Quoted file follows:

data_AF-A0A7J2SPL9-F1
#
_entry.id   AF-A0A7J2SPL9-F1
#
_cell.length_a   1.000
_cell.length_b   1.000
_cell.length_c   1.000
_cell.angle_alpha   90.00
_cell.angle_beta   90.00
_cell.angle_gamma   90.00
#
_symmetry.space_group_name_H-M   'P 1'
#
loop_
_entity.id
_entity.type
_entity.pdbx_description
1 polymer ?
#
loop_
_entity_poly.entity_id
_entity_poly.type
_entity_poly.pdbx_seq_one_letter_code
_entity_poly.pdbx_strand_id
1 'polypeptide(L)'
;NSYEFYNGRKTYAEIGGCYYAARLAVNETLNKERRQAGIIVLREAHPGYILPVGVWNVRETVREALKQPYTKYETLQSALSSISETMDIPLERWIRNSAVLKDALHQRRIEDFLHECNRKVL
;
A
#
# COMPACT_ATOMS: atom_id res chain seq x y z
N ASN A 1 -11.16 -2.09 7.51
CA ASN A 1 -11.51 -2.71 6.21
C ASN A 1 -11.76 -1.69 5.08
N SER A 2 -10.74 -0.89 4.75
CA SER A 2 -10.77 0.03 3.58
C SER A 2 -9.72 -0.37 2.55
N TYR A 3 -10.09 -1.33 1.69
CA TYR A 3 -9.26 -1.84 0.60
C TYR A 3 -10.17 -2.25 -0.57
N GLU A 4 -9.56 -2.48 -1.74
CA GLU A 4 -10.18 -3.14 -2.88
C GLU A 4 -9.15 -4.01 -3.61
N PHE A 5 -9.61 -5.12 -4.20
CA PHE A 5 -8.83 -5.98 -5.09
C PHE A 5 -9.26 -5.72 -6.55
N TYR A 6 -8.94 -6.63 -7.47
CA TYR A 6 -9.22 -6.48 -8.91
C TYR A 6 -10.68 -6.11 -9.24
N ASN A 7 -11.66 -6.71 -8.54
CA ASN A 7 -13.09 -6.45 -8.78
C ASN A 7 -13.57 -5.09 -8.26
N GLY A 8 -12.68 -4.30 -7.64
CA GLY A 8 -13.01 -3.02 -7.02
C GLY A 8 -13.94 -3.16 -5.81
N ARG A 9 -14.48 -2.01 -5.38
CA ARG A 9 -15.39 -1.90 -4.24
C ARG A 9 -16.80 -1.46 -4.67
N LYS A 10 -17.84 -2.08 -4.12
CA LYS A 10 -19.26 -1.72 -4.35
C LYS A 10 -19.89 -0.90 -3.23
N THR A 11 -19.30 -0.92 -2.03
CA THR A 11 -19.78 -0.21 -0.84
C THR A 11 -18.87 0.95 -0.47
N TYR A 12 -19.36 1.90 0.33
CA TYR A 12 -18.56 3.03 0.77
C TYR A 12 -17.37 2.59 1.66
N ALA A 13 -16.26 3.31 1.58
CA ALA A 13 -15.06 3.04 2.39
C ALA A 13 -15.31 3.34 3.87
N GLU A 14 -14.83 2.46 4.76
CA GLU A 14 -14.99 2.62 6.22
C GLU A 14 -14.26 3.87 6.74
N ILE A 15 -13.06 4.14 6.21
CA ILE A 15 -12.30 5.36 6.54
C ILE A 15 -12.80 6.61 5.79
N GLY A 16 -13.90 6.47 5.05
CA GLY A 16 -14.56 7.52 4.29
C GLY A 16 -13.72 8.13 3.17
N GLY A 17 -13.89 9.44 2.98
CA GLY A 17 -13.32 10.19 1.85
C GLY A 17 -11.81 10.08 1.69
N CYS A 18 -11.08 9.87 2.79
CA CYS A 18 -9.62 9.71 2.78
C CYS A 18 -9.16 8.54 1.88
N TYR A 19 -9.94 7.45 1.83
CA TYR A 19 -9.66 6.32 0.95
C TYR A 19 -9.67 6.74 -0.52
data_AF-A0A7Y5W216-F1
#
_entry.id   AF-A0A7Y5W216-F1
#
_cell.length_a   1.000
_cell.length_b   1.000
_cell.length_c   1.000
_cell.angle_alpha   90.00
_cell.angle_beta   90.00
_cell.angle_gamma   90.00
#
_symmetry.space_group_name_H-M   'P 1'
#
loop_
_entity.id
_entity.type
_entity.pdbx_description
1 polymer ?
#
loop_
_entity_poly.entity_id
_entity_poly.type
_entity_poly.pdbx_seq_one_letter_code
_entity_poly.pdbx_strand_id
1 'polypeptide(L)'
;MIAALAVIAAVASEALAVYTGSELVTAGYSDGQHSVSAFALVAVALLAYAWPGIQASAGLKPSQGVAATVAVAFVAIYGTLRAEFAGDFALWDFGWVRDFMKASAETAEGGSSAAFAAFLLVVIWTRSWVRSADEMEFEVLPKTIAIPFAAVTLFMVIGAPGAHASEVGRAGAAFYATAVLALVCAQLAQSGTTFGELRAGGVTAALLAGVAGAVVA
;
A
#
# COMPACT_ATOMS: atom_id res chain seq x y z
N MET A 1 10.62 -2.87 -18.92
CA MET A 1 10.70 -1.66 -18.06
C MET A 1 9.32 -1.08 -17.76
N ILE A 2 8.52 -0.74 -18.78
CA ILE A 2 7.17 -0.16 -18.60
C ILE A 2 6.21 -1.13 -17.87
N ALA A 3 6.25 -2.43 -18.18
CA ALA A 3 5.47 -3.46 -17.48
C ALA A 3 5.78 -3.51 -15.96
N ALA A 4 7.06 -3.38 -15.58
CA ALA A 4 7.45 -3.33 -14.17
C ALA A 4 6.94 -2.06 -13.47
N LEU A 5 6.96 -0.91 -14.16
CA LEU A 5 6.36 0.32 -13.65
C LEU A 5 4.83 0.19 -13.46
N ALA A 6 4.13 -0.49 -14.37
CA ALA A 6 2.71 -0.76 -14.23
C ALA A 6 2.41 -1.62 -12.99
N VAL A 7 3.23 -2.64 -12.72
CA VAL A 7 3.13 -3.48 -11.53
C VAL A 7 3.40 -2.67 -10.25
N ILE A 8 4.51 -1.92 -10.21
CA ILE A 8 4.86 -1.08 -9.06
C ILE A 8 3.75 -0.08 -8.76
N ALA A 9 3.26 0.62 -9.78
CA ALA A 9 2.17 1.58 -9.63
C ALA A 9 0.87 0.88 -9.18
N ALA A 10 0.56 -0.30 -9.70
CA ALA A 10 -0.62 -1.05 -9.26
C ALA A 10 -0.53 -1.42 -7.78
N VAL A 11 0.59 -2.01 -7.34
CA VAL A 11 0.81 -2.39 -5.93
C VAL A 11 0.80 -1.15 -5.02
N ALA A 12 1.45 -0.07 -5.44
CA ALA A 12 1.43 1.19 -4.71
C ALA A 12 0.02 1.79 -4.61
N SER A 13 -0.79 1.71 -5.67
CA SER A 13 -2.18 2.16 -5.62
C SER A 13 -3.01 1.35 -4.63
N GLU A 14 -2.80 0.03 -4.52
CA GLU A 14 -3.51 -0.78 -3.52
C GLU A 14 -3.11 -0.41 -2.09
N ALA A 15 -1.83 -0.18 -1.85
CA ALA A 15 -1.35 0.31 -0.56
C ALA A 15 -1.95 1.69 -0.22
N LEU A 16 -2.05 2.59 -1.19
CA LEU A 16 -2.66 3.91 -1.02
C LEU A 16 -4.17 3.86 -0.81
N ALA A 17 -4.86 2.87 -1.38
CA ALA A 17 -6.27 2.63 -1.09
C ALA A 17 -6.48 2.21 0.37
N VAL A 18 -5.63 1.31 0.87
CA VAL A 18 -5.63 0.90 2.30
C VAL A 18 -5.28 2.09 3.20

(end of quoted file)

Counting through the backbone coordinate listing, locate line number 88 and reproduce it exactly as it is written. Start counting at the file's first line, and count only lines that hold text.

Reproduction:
data_AF-A0A7Y5W216-F1